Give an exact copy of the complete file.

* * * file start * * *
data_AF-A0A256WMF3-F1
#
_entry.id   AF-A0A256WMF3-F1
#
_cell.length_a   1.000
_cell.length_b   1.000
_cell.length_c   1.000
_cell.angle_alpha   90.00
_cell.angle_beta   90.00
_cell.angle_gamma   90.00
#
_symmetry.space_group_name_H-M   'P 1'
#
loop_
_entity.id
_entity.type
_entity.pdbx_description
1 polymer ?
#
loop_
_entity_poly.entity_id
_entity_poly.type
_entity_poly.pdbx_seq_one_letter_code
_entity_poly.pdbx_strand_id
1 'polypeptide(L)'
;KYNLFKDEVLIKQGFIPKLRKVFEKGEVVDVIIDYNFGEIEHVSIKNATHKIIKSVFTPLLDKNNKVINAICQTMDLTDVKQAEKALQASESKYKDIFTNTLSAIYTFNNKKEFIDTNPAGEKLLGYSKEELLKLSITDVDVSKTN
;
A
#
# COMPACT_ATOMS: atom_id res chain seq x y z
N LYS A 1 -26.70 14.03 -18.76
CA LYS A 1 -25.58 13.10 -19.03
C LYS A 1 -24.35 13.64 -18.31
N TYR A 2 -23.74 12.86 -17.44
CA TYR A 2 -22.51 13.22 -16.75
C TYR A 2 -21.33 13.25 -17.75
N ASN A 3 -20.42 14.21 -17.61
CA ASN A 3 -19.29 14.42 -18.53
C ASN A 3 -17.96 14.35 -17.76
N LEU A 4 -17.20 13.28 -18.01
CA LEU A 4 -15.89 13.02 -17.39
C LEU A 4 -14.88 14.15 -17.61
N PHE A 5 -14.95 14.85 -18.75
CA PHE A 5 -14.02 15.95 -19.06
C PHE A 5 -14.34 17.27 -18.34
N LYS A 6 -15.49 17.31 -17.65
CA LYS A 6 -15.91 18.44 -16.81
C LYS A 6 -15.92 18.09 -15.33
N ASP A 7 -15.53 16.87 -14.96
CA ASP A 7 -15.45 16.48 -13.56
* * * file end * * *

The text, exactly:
data_AF-A0A256WMF3-F1
#
_entry.id   AF-A0A256WMF3-F1
#
_cell.length_a   1.000
_cell.length_b   1.000
_cell.length_c   1.000
_cell.angle_alpha   90.00
_cell.angle_beta   90.00
_cell.angle_gamma   90.00
#
_symmetry.space_group_name_H-M   'P 1'
#
loop_
_entity.id
_entity.type
_entity.pdbx_description
1 polymer ?
#
loop_
_entity_poly.entity_id
_entity_poly.type
_entity_poly.pdbx_seq_one_letter_code
_entity_poly.pdbx_strand_id
1 'polypeptide(L)'
;KYNLFKDEVLIKQGFIPKLRKVFEKGEVVDVIIDYNFGEIEHVSIKNATHKIIKSVFTPLLDKNNKVINAICQTMDLTDVKQAEKALQASESKYKDIFTNTLSAIYTFNNKKEFIDTNPAGEKLLGYSKEELLKLSITDVDVSKTN
;
A
#
# COMPACT_ATOMS: atom_id res chain seq x y z
N LYS A 1 -26.70 14.03 -18.76
CA LYS A 1 -25.58 13.10 -19.03
C LYS A 1 -24.35 13.64 -18.31
N TYR A 2 -23.74 12.86 -17.44
CA TYR A 2 -22.51 13.22 -16.75
C TYR A 2 -21.33 13.25 -17.75
N ASN A 3 -20.42 14.21 -17.61
CA ASN A 3 -19.29 14.42 -18.53
C ASN A 3 -17.96 14.35 -17.76
N LEU A 4 -17.20 13.28 -18.01
CA LEU A 4 -15.89 13.02 -17.39
C LEU A 4 -14.88 14.15 -17.61
N PHE A 5 -14.95 14.85 -18.75
CA PHE A 5 -14.02 15.95 -19.06
C PHE A 5 -14.34 17.27 -18.34
N LYS A 6 -15.49 17.31 -17.65
CA LYS A 6 -15.91 18.44 -16.81
C LYS A 6 -15.92 18.09 -15.33
N ASP A 7 -15.53 16.87 -14.96
CA ASP A 7 -15.45 16.48 -13.56